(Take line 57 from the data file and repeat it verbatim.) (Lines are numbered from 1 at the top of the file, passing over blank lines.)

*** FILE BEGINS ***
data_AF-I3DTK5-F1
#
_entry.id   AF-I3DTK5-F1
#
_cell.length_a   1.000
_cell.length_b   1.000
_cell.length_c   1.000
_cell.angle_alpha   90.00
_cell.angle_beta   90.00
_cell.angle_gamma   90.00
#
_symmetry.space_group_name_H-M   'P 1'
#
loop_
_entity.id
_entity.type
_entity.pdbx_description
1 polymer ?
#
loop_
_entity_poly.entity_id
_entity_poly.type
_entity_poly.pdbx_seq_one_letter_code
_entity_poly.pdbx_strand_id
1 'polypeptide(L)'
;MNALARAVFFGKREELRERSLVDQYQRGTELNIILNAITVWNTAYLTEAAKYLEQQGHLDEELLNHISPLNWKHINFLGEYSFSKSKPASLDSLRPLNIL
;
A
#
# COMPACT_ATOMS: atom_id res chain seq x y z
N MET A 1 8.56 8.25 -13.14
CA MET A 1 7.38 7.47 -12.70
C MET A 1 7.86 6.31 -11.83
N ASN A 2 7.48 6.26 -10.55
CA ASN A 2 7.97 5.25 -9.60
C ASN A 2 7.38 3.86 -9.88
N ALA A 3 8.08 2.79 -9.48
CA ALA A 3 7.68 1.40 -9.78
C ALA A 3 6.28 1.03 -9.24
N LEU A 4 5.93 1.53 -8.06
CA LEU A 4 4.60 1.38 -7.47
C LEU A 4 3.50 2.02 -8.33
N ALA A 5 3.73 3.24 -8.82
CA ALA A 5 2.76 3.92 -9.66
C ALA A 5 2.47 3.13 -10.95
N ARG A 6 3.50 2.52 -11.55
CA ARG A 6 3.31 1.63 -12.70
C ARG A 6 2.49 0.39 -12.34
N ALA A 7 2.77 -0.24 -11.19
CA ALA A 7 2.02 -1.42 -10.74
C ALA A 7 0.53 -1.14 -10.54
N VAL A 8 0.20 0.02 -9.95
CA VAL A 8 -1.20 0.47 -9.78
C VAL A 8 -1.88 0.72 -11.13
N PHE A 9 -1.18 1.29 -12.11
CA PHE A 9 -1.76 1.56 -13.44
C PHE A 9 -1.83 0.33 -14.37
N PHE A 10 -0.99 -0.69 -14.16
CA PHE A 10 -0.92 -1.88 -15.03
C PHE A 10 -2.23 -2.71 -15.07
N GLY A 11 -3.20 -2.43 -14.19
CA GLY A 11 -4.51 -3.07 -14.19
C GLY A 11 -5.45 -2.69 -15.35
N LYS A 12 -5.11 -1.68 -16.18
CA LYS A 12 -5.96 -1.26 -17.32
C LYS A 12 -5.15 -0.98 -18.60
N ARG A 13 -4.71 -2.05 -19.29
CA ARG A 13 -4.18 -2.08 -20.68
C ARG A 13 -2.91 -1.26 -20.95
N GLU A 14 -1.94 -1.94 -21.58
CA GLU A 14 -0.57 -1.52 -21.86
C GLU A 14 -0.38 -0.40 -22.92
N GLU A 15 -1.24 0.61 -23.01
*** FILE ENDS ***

C PHE A 9 -1.83 0.33 -14.37